Wake in Fright
Directed by Ted Kotcheff
When Australian teacher John Grant stops off in the rural town of Yabba, he quickly gets pulled into the dark world of strange, ultra-macho townies who spend their days binge drinking, gambling and hunting kangaroos. For the timid Grant, this starts out as a thrilling release of his id. But after he loses his shirt gambling, Grant struggles to escape the bad luck – or perhaps a conspiracy – that keeps preventing him from leaving Yabba. Long unavailable on home video, Ted Kotcheff’s superb thriller is a deeply unsettling study of the horror of the unchecked male psyche. NOTE: Wake in Fright is presented in its entirety, featuring animal hunting scenes, which viewers may find offensive. Discretion is advised.
A man on vacation stops off in a rural town filled with strange characters and becomes unable to leave.
Cast: Gary Bond, Donald Pleasence
A very interesting and engaging film where you watch a man's ideas and dreams slowly descend into his own madness. While not a horror film, it does have elements of being a very good thriller.
Slow slow movie11 No good.
This film is not without merit. Well filmed and acted but pretty depressing-not scary. If I'd read the disclaimer about the kangaroo hunting I would have skipped this entirely.
Perfect movie. The horror of being trapped in our bored predator biology. Every act of hospitality is bait, every mind altering distraction from baseness is a snare. Each of us is tranquillized and slowly consumed by those with slightly more power in a long chain of horror systematized economically: the monsters learn to like it - take pleasure in all the small acts of domination: nationalism, patriarchy, cliques. Depression is the one moral reaction to the white suprematist, capitalist, redneck, genocidal industrial engines with which we’ve destroyed the world. The weak, privileged boy in Wake in Fright learns what he is. And round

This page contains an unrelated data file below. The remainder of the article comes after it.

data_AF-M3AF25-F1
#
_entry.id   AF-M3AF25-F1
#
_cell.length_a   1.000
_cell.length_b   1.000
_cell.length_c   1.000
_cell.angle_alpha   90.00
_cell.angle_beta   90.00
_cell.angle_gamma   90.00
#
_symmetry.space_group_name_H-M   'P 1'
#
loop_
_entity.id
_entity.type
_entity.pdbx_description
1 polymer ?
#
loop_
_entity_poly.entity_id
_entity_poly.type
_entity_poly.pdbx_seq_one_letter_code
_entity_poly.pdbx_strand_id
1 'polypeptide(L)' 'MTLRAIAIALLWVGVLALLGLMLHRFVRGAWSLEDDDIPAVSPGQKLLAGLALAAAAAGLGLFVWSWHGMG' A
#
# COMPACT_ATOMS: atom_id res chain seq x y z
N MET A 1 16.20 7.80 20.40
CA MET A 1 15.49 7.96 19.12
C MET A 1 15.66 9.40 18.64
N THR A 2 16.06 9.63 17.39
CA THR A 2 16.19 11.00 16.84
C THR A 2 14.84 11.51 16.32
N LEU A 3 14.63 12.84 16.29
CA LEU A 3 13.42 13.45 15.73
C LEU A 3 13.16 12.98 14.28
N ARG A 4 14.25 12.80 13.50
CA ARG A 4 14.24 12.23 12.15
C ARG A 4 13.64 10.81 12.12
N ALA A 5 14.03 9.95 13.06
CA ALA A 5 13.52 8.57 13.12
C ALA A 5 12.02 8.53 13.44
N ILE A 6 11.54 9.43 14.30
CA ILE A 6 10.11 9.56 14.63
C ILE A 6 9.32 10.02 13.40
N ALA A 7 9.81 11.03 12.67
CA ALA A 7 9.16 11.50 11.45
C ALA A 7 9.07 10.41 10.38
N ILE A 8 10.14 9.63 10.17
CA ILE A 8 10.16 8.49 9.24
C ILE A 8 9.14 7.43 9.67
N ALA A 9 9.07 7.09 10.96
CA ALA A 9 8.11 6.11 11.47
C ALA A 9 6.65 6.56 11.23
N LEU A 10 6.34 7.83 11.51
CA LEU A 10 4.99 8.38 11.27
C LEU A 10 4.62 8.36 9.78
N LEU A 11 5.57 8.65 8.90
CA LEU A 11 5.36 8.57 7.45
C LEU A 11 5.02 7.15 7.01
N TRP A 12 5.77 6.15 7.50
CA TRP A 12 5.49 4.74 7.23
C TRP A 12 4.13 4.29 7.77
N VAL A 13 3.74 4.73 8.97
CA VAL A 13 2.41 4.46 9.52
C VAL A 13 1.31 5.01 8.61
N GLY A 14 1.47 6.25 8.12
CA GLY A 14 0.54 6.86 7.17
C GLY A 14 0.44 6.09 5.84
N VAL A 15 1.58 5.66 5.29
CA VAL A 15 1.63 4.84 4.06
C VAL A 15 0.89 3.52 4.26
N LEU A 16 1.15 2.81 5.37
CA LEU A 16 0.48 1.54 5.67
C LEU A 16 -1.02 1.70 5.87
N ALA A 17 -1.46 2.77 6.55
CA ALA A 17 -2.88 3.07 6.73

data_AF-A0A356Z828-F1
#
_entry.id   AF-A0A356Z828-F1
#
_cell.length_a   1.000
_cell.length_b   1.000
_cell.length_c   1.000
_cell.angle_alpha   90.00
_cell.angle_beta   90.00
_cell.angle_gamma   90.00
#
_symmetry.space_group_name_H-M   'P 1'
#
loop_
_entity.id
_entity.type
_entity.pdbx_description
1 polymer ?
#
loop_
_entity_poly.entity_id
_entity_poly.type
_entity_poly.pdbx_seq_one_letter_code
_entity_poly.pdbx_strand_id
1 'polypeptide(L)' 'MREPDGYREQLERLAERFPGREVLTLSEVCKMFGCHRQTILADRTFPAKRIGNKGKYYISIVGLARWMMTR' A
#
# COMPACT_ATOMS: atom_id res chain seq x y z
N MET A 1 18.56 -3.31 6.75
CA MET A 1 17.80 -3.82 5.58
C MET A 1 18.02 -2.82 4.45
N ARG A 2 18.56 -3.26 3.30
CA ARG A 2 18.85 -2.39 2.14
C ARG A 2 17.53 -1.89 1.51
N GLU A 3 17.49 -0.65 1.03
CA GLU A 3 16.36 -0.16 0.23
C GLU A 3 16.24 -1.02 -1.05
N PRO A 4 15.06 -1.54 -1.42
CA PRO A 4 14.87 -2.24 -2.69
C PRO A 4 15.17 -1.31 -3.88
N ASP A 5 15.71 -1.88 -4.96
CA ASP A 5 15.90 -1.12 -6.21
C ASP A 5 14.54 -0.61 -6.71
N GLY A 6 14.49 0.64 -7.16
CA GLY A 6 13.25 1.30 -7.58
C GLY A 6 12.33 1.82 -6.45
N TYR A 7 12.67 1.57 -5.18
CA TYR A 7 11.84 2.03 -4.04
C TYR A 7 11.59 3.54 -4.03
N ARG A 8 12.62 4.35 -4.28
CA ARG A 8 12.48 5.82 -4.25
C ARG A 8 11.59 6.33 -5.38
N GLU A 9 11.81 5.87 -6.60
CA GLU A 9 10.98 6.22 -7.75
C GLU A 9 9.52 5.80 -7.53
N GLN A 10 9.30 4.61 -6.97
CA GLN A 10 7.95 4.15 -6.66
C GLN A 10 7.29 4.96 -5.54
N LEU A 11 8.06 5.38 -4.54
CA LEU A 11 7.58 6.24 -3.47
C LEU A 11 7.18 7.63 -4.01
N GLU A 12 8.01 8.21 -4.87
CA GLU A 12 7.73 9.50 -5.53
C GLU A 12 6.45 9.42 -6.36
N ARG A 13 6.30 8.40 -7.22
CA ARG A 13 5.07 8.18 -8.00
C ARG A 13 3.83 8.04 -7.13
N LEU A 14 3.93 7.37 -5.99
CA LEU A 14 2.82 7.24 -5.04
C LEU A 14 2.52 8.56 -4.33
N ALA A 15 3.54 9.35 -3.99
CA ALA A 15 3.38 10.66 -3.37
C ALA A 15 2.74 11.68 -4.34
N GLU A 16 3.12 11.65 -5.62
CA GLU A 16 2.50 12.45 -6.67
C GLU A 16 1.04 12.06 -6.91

Amazing movie.... however if you're one of the 21st centuries' toxic brand of pansies labeling this "toxic masculinity".... good Christ there's no hope for your embarrassing ass. This movie is about alcoholism and the difficulty of saying no. It is also about the danger of being a fish out of water in unfamiliar territory... a motif that anyone with two eyes to see in the modern world ought to identify with all too well if you live in the western hemisphere and deal with the chronic alienation that natives are trapped into feeling as they watch the foreign powers and traditions surge through and destroy everything holy in their wake, leaving nothing but loneliness and fear behind.